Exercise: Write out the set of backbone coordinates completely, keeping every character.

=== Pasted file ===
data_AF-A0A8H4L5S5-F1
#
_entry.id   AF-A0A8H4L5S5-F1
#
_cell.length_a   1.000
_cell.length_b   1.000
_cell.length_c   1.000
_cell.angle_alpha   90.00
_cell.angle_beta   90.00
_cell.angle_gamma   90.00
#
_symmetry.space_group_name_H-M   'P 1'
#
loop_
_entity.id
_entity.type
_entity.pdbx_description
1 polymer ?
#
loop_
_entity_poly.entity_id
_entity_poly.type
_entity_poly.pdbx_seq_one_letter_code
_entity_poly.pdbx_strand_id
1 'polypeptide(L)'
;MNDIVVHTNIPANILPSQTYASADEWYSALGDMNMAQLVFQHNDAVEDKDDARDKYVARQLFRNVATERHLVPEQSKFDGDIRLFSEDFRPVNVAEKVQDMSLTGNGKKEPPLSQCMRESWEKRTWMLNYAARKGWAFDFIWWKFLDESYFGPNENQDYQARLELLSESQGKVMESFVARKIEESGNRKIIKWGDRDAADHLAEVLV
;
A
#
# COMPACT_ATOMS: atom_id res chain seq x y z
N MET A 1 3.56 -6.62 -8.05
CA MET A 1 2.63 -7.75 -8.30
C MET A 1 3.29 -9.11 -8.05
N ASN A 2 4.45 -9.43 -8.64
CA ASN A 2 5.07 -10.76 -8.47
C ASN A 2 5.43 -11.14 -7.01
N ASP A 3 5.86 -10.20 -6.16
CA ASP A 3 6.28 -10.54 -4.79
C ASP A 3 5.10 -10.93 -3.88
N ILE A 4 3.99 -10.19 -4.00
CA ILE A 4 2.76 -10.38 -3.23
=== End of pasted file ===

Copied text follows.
data_AF-A0A8H4L5S5-F1
#
_entry.id   AF-A0A8H4L5S5-F1
#
_cell.length_a   1.000
_cell.length_b   1.000
_cell.length_c   1.000
_cell.angle_alpha   90.00
_cell.angle_beta   90.00
_cell.angle_gamma   90.00
#
_symmetry.space_group_name_H-M   'P 1'
#
loop_
_entity.id
_entity.type
_entity.pdbx_description
1 polymer ?
#
loop_
_entity_poly.entity_id
_entity_poly.type
_entity_poly.pdbx_seq_one_letter_code
_entity_poly.pdbx_strand_id
1 'polypeptide(L)'
;MNDIVVHTNIPANILPSQTYASADEWYSALGDMNMAQLVFQHNDAVEDKDDARDKYVARQLFRNVATERHLVPEQSKFDGDIRLFSEDFRPVNVAEKVQDMSLTGNGKKEPPLSQCMRESWEKRTWMLNYAARKGWAFDFIWWKFLDESYFGPNENQDYQARLELLSESQGKVMESFVARKIEESGNRKIIKWGDRDAADHLAEVLV
;
A
#
# COMPACT_ATOMS: atom_id res chain seq x y z
N MET A 1 3.56 -6.62 -8.05
CA MET A 1 2.63 -7.75 -8.30
C MET A 1 3.29 -9.11 -8.05
N ASN A 2 4.45 -9.43 -8.64
CA ASN A 2 5.07 -10.76 -8.47
C ASN A 2 5.43 -11.14 -7.01
N ASP A 3 5.86 -10.20 -6.16
CA ASP A 3 6.28 -10.54 -4.79
C ASP A 3 5.10 -10.93 -3.88
N ILE A 4 3.99 -10.19 -4.00
CA ILE A 4 2.76 -10.38 -3.23